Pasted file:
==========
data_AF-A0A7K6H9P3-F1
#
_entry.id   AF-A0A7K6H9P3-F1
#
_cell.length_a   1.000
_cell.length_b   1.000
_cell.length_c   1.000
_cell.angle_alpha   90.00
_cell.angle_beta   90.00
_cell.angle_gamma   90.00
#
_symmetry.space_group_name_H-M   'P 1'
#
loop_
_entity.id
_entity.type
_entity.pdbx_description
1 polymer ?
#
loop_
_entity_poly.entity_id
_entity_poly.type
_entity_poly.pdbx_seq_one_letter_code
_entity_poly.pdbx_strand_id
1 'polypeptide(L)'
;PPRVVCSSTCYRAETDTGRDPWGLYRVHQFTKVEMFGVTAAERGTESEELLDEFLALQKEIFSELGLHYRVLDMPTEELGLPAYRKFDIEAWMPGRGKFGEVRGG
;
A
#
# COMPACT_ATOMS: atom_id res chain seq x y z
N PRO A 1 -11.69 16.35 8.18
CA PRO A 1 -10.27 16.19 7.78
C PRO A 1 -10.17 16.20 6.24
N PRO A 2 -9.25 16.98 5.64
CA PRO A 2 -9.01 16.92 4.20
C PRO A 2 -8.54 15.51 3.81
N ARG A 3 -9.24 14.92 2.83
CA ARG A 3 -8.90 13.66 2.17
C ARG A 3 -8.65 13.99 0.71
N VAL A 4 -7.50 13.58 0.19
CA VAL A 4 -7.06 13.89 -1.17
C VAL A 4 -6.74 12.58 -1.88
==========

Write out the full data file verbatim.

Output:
data_AF-A0A7K6H9P3-F1
#
_entry.id   AF-A0A7K6H9P3-F1
#
_cell.length_a   1.000
_cell.length_b   1.000
_cell.length_c   1.000
_cell.angle_alpha   90.00
_cell.angle_beta   90.00
_cell.angle_gamma   90.00
#
_symmetry.space_group_name_H-M   'P 1'
#
loop_
_entity.id
_entity.type
_entity.pdbx_description
1 polymer ?
#
loop_
_entity_poly.entity_id
_entity_poly.type
_entity_poly.pdbx_seq_one_letter_code
_entity_poly.pdbx_strand_id
1 'polypeptide(L)'
;PPRVVCSSTCYRAETDTGRDPWGLYRVHQFTKVEMFGVTAAERGTESEELLDEFLALQKEIFSELGLHYRVLDMPTEELGLPAYRKFDIEAWMPGRGKFGEVRGG
;
A
#
# COMPACT_ATOMS: atom_id res chain seq x y z
N PRO A 1 -11.69 16.35 8.18
CA PRO A 1 -10.27 16.19 7.78
C PRO A 1 -10.17 16.20 6.24
N PRO A 2 -9.25 16.98 5.64
CA PRO A 2 -9.01 16.92 4.20
C PRO A 2 -8.54 15.51 3.81
N ARG A 3 -9.24 14.92 2.83
CA ARG A 3 -8.90 13.66 2.17
C ARG A 3 -8.65 13.99 0.71
N VAL A 4 -7.50 13.58 0.19
CA VAL A 4 -7.06 13.89 -1.17
C VAL A 4 -6.74 12.58 -1.88